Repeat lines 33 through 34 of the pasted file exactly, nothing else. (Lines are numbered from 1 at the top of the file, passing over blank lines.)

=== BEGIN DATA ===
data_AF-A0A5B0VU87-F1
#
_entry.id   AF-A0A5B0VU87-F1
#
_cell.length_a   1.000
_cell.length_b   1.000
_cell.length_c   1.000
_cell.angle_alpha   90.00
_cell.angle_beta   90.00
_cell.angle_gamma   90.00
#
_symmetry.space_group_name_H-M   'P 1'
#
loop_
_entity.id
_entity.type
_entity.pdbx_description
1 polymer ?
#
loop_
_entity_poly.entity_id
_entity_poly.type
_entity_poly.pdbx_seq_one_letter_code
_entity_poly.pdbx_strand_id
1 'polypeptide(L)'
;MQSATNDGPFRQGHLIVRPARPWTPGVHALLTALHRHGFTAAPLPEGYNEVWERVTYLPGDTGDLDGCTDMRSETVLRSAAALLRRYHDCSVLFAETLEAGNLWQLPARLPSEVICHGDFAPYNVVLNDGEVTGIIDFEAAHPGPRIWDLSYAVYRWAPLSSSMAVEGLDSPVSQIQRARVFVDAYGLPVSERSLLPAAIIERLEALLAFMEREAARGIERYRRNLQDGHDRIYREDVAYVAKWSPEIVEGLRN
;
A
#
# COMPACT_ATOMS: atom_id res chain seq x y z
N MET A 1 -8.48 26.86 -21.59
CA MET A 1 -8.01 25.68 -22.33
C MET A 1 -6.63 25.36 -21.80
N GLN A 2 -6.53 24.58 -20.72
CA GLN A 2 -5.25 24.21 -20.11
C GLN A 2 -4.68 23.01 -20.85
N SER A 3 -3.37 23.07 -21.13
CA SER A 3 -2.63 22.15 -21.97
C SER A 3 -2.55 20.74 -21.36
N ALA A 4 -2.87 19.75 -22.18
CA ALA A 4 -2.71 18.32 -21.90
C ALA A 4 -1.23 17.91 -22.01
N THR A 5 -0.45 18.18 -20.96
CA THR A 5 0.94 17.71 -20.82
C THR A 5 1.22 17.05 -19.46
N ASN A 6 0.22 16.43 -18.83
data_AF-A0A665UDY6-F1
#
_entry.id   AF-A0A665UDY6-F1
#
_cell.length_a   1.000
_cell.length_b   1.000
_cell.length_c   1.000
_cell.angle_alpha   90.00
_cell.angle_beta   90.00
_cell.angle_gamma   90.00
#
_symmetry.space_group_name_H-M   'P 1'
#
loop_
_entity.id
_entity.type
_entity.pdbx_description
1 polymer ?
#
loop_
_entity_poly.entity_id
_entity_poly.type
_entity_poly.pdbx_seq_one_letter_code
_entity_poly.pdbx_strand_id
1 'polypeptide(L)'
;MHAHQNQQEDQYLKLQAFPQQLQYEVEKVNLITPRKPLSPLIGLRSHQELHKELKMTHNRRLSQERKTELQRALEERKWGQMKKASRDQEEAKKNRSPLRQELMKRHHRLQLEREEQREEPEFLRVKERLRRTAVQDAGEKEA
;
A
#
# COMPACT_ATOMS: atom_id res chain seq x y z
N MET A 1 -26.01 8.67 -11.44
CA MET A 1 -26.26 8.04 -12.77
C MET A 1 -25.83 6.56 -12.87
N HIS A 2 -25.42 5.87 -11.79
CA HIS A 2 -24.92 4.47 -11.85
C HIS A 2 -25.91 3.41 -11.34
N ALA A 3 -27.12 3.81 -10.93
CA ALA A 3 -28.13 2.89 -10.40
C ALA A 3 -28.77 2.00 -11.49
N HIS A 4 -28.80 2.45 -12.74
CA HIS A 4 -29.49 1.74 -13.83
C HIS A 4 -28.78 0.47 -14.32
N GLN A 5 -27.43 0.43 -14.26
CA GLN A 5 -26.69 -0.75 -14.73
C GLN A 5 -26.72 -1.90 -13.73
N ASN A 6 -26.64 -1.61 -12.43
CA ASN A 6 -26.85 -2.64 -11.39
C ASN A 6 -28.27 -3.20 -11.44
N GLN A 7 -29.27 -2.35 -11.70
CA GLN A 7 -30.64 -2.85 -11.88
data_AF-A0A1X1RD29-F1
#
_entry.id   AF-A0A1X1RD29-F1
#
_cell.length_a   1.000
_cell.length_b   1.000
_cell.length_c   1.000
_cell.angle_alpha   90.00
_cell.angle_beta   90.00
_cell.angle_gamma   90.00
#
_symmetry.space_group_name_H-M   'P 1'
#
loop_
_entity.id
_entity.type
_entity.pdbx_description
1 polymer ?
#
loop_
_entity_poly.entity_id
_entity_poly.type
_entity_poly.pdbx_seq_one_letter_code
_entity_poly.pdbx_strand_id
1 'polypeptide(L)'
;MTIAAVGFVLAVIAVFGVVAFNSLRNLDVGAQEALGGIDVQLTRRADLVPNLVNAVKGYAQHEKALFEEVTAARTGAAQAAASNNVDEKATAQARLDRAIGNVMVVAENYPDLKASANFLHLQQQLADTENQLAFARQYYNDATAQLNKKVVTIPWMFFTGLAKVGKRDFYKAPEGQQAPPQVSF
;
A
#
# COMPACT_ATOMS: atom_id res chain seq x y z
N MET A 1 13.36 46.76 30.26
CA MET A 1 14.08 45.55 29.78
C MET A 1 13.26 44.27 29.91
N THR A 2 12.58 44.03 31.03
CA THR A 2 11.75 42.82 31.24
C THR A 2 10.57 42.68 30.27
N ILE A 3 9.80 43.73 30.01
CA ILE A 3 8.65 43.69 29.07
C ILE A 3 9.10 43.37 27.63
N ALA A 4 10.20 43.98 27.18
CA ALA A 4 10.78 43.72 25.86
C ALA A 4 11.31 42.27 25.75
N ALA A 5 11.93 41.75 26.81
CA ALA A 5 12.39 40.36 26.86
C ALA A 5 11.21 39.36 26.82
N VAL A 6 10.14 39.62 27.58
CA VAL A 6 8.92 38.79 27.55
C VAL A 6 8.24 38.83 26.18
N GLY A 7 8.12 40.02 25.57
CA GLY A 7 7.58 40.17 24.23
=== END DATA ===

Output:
C MET A 1 -6.63 25.36 -21.80
N GLN A 2 -6.53 24.58 -20.72